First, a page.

Plucky young Jenny Benet, a recently orphaned American girl who was raised on the Wild West frontier and educated at a Boston finishing school, has come to Egypt in company with her uncle Neville Hawthorne, a prominent British archaeologist. They're part of a team investigating the legendary Buried Pyramid, the tomb of the pharaoh Neferankhotep -- who may also have been Moses the Lawgiver.
But they're not the only ones interested in the site. Another party, led by the opulent and treacherous Lady Audrey Cheshire, is shadowing theirs. Someone who signs himself "The Sphinx" has been sending threatening letters -- written entirely in hieroglyphics. In Egypt, an ancient and shadowy organization seems determined to keep the tomb from being discovered.
But mortals may not be all that stands in their way. (from Goodreads)Buy on Amazon | Goodreads
Note: There’s some (very slight) spoilers in here, and I’ve tried to mark them when necessary. If you haven’t read the book it might make you ready for some events in the plot, but I don’t think they’d ruin the book for you (hopefully).
I tried reading this earlier in the year, but I never made it past the suspiciously boring prologue. I tried it again in June, for lack of anything else to read, and this time I managed to get past the prologue and through to the really good bits, full of adventure and intrigue and a fantastically strong female lead. Plus, Egypt in late 1800s/early 1900s! (I was never quite sure what year it was.) I’m glad I persevered past the first 10 or so pages, as The Buried Pyramid is a rather wonderful book.
My favorite bits of the book were:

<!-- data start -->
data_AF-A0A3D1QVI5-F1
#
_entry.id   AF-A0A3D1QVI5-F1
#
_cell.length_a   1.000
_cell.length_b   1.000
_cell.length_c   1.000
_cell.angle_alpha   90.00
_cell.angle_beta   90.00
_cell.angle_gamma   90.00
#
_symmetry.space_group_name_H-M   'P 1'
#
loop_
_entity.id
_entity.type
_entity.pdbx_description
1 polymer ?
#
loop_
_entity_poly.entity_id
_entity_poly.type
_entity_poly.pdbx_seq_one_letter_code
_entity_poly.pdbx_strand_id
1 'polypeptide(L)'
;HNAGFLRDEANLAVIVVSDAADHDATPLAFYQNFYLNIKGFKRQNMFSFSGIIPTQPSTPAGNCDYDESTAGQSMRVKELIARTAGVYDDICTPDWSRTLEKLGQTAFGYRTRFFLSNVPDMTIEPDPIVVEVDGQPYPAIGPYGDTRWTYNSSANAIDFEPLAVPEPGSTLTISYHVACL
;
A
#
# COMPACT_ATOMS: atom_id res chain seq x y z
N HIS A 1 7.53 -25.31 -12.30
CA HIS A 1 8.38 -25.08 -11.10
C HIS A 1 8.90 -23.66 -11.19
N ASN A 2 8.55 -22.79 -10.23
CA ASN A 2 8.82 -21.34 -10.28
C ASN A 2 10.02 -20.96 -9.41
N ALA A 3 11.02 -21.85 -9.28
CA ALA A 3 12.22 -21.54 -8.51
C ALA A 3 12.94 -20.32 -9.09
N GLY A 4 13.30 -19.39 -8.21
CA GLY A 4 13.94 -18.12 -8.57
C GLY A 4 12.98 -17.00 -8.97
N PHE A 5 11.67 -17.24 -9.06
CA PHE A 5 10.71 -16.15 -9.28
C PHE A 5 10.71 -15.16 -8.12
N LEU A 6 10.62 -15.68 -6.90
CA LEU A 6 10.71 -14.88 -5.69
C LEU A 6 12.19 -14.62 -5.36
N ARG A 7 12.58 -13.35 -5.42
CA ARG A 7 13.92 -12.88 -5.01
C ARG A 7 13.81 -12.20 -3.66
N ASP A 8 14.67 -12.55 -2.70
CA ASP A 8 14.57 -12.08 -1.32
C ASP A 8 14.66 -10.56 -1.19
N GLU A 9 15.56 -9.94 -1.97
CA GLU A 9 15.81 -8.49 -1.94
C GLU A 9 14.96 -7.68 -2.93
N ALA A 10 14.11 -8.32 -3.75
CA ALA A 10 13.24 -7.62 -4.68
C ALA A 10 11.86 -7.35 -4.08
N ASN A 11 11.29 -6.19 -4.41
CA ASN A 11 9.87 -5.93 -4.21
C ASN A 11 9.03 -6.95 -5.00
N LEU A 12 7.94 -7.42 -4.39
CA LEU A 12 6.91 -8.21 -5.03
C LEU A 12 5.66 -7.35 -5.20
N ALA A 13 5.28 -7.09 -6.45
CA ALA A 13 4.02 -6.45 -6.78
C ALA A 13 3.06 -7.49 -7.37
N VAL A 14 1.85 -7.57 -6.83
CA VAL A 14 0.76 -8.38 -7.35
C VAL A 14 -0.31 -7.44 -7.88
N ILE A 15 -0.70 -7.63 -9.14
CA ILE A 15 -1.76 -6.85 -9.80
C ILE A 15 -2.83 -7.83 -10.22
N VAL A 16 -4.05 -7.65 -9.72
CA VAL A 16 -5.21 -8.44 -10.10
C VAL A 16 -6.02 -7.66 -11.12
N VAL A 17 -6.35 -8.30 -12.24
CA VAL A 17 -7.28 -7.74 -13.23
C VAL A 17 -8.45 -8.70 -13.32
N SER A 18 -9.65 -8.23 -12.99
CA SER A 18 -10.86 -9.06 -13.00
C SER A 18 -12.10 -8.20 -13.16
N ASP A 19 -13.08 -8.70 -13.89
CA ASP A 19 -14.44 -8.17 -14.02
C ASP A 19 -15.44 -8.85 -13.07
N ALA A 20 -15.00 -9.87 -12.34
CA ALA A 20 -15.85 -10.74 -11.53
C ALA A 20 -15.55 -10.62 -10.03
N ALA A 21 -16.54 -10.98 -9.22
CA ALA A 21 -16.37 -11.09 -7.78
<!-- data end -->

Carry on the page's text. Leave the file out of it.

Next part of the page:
a) Jenny, the kick-butt female protagonist who doesn’t take crap from anyone yet still manages to be somewhat historically possible. She was raised in the Wild West, knows how to use a gun, likes wearing trousers and going on adventures, and she wants to be a doctor. I loved her! She was really refreshing, especially since the male characters tended to be dunderheads in regards to certain things dealing with pretty women and treasure. Jenny’s a modern woman in the guise of a Victorian lady, and without her I’m not sure I would have liked The Buried Pyramid quite as much.
b) Stephen, the eccentric Egyptologist who wears out-of-fashioned clothing and tends to ramble. (He reminds me of Daniel from Stargate, ha.) He and Jenny were a really fun set, and– SLIGHT SPOILER here– I thought they would have made a good couple, too.
Really, I only had two problem with The Buried Pyramid: the horrible opening sequence, and the sudden transition from historical adventure novel to WTF IS GOING ON fantasy novel. It comes near the end of the book, and though it’s an interesting idea and was kind of cool, there were no solid paranormal things present in the rest of the book to back up this completely fantastical part. Honestly, it would have been better cut that part out and replace it with something else non-fantasy just so the book a) flows better and b) doesn’t seem like it’s two books stuck together. The ending as a whole is rather abrupt, and was a disappointment after having the rest of the book be so enjoyable.
I hope that makes sense. It might not if you haven’t read the book already. Anyway, if you like adventure novels (or novels set in Egypt), and you don’t mind a few bumps, you might want to try out The Buried Pyramid.
Read: June 2009